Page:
The Challenge of Dogs and Holiday Decorating

The holidays can be very exciting even for your dog, with so many interesting new things to investigate. Up goes the tree and the ornaments. Down go the fancy, wrapped gifts and bags. Yet, decorating for the holidays when you have a dog can be challenging. Here are some suggestions to make the Christmas tree a safer experience for your pet.

Dogs like to chew, so electrical cords need to be made safe to keep your pet from being electrocuted. Pet supply stores may carry rubbery plastic tubing to go around the cables, but if you have a puppy of a strong dog who chews things he shouldn’t, get solid plastic electric wire encasements or computer cable conduit for better protection. If nothing else, you can tape the cords to the floor lengthwise with sturdy duct tape. 

To your dog, the tree stand is a watering hole. Find a stand that is wide to avoid being knocked over easily, with a deep-set water well that is covered or partially obscured. If that is not available, keep the tree stand covered with heavy aluminum foil, and keep it blocked from easy access. The standing water can contain tree pesticides, mold or bacteria. Don’t put in any chemicals, including aspirin or NSAIDs, in the water at the base. They can be dangerous-to-deadly if ingested.

The biggest reason to keep your dogs away from the tree is their tendency to want to mark trees. Suggestions include putting aluminum foil around the trunk of the tree at its base, or putting empty boxes wrapped as gifts around the trunk of the tree to keep your dog from getting near it.

Another thing to consider is that pine needles can scratch eyes, puncture soft paw pads, their oils can cause mouth and stomach irritation, they can get caught in the throat or puncture tissue, and they are not digestible. 

You might toss dog treats away from the tree as a reward to condition your pet to stay away from it. It’s good to teach your dog to settle down on a mat even in a busy environment, where she can watch the tree from a safe distance. Some pet supply stores have indoor fencing to surround and protect the tree and gifts. Small to medium dogs can be kept out of the room by simply putting a baby gate in the doorway.

Any gifts that include food, especially chocolate, nuts, raisins and currants, alcohol and deadly xylitol need to be put safely away in cabinets, far out of the reach of your dog. Dogs have a keen sense of smell and have been known to find ingenious ways to get to the goodies, including climbing on countertops. There is nothing like coming home from a party to find Bowser finishing off a box of chocolates. Then it’s off to the emergency vet for a night of stomach pumping or induced vomiting.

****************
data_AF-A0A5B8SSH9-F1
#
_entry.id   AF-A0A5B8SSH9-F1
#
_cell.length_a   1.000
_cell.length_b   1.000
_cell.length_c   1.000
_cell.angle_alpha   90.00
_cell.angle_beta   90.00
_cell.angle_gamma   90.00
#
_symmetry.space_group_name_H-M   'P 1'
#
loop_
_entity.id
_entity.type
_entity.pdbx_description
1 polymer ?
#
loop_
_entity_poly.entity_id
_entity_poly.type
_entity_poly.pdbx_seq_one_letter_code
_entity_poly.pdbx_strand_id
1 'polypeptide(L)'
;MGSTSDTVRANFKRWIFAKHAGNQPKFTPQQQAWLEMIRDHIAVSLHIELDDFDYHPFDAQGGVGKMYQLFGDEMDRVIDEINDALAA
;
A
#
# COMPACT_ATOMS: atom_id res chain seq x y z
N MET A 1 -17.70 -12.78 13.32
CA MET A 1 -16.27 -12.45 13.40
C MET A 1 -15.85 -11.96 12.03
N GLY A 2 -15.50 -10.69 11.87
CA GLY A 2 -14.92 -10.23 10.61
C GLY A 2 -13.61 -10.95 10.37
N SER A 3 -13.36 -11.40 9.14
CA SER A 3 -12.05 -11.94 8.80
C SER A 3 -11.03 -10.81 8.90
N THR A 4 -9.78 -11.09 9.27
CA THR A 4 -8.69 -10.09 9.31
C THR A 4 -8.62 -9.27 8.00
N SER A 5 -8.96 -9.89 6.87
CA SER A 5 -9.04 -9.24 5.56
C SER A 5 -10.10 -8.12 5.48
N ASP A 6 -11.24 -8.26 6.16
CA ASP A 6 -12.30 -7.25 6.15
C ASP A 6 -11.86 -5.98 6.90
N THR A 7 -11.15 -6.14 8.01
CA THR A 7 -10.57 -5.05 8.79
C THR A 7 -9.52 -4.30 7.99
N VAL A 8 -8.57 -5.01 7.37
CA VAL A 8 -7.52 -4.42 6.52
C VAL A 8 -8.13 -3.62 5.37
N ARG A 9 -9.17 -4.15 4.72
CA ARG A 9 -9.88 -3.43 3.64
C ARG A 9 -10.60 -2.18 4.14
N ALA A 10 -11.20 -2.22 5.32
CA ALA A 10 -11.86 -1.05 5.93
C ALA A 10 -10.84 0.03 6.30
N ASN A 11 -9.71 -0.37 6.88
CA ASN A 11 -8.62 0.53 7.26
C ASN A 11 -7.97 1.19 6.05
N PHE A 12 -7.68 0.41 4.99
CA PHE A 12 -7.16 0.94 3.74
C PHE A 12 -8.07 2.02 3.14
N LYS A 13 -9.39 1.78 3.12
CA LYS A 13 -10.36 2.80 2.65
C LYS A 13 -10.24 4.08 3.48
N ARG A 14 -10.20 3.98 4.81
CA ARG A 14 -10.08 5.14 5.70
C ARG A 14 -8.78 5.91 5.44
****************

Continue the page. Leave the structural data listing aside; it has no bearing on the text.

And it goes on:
It’s best to decorate the tree a little higher up than your dog’s height. Find a way to secure glass ornaments tightly onto the higher branches, or perhaps do without them until your dog is more mature. Use yarn tied in a loop instead of metal ornament hooks. Don’t use jingle bells (little or big), salt dough ornaments, tinsel, glass, candy decorations, strings of popcorn or cranberries, or any ornaments with parts that could be broken apart and swallowed. Although it may look pretty, spray snow flocking is poisonous if eaten, so if you are of a mind to have snow, perhaps only a smattering around the top.

Some interesting approaches to dog-proofing your Christmas tree that were found online: a string of bells to sound an intruder alert if your dog enters the tree zone, anchoring the top of the tree to the wall, or else anchoring the base with a sandbag, or make an aluminum foil tree skirt. 

Finally, please remember to clean up while the gift-giving is in progress. Leftover wrappings and ribbons, tiny toy parts, scattered batteries and opened food or candies can pose a threat to your dog while others are not paying attention. Your dog is a part of the family, and with a few adjustments, she can enjoy the festivities with everyone.

Heron’s Crossing provides end-of-life care for pets in the Metro Atlanta area. In-home appointments with compassionate vets are available. If you’d prefer a home-like setting away from your home, our Decatur office is also available by appointment.